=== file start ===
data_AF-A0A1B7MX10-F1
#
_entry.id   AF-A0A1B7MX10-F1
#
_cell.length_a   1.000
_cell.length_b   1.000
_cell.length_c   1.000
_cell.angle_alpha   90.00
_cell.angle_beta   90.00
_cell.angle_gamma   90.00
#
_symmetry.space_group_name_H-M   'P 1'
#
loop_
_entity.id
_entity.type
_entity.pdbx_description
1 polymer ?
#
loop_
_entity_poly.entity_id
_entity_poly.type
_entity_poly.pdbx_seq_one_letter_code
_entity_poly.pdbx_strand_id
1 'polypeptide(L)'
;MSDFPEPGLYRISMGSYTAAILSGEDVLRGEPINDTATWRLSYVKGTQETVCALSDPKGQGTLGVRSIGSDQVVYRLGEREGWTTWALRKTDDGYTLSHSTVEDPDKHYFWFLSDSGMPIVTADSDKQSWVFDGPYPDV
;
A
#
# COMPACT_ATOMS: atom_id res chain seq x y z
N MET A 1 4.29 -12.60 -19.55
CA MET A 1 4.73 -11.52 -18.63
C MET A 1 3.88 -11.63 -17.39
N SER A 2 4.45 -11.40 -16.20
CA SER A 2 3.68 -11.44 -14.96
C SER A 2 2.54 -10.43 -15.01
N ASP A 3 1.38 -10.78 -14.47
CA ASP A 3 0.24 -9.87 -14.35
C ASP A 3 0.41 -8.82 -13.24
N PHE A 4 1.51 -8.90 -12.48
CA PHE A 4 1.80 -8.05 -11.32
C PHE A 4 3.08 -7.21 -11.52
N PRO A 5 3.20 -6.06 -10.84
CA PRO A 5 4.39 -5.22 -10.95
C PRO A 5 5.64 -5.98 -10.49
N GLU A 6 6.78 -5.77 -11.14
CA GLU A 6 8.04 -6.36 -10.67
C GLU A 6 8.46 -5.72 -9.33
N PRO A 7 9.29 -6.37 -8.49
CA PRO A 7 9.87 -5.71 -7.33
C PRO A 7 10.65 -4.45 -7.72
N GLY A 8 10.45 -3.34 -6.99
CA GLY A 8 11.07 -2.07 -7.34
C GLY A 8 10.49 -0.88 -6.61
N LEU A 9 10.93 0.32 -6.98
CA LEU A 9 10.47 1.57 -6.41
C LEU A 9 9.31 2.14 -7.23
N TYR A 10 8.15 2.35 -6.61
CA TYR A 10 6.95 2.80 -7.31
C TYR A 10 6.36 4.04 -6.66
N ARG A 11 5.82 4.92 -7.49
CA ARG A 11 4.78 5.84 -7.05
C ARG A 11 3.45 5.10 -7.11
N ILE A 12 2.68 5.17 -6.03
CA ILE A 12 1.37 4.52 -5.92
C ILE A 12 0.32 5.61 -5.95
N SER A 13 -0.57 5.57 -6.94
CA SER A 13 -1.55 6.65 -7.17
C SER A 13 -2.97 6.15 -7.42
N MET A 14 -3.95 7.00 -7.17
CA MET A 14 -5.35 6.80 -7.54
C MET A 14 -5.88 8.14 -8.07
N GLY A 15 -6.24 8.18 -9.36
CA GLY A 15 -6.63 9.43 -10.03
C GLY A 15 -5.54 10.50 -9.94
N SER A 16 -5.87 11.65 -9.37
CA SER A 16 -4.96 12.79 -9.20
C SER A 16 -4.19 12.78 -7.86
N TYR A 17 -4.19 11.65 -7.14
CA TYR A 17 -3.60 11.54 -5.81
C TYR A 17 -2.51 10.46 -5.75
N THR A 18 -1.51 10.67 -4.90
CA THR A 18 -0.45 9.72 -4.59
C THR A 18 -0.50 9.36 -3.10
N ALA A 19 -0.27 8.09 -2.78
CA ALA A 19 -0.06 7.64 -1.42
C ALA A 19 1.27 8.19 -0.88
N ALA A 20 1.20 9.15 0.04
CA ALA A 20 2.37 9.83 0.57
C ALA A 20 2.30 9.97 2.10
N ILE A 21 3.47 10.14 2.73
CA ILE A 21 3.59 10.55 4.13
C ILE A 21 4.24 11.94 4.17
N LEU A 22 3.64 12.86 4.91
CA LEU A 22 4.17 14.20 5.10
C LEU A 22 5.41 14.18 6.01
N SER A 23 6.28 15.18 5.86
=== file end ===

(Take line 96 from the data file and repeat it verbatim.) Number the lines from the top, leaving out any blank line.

C LEU A 22 5.41 14.18 6.01